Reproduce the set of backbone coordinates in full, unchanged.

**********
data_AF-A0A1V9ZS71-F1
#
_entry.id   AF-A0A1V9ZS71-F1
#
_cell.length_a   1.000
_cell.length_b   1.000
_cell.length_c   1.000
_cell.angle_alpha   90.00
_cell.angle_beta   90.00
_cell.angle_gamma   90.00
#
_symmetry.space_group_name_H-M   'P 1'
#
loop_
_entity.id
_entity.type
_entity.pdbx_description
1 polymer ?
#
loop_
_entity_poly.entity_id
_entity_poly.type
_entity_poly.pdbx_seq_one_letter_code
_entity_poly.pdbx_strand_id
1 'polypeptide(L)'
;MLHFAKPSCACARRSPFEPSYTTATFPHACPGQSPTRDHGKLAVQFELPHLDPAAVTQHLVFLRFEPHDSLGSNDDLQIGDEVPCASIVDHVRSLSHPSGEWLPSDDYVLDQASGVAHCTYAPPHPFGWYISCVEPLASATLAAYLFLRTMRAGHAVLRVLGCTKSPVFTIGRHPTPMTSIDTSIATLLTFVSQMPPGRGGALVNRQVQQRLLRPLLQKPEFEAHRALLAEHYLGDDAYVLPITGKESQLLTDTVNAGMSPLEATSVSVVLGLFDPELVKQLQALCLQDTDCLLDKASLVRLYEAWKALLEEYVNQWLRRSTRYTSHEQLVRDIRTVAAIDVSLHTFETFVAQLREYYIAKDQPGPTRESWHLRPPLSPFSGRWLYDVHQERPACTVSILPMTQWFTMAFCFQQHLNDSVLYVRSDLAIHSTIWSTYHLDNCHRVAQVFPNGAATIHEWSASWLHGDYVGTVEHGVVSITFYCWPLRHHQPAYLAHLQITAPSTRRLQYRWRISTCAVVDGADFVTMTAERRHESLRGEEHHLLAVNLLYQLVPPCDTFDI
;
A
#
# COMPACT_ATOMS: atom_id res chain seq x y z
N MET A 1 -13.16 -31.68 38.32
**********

data_AF-A0A1V9ZS71-F1
#
_entry.id   AF-A0A1V9ZS71-F1
#
_cell.length_a   1.000
_cell.length_b   1.000
_cell.length_c   1.000
_cell.angle_alpha   90.00
_cell.angle_beta   90.00
_cell.angle_gamma   90.00
#
_symmetry.space_group_name_H-M   'P 1'
#
loop_
_entity.id
_entity.type
_entity.pdbx_description
1 polymer ?
#
loop_
_entity_poly.entity_id
_entity_poly.type
_entity_poly.pdbx_seq_one_letter_code
_entity_poly.pdbx_strand_id
1 'polypeptide(L)'
;MLHFAKPSCACARRSPFEPSYTTATFPHACPGQSPTRDHGKLAVQFELPHLDPAAVTQHLVFLRFEPHDSLGSNDDLQIGDEVPCASIVDHVRSLSHPSGEWLPSDDYVLDQASGVAHCTYAPPHPFGWYISCVEPLASATLAAYLFLRTMRAGHAVLRVLGCTKSPVFTIGRHPTPMTSIDTSIATLLTFVSQMPPGRGGALVNRQVQQRLLRPLLQKPEFEAHRALLAEHYLGDDAYVLPITGKESQLLTDTVNAGMSPLEATSVSVVLGLFDPELVKQLQALCLQDTDCLLDKASLVRLYEAWKALLEEYVNQWLRRSTRYTSHEQLVRDIRTVAAIDVSLHTFETFVAQLREYYIAKDQPGPTRESWHLRPPLSPFSGRWLYDVHQERPACTVSILPMTQWFTMAFCFQQHLNDSVLYVRSDLAIHSTIWSTYHLDNCHRVAQVFPNGAATIHEWSASWLHGDYVGTVEHGVVSITFYCWPLRHHQPAYLAHLQITAPSTRRLQYRWRISTCAVVDGADFVTMTAERRHESLRGEEHHLLAVNLLYQLVPPCDTFDI
;
A
#
# COMPACT_ATOMS: atom_id res chain seq x y z
N MET A 1 -13.16 -31.68 38.32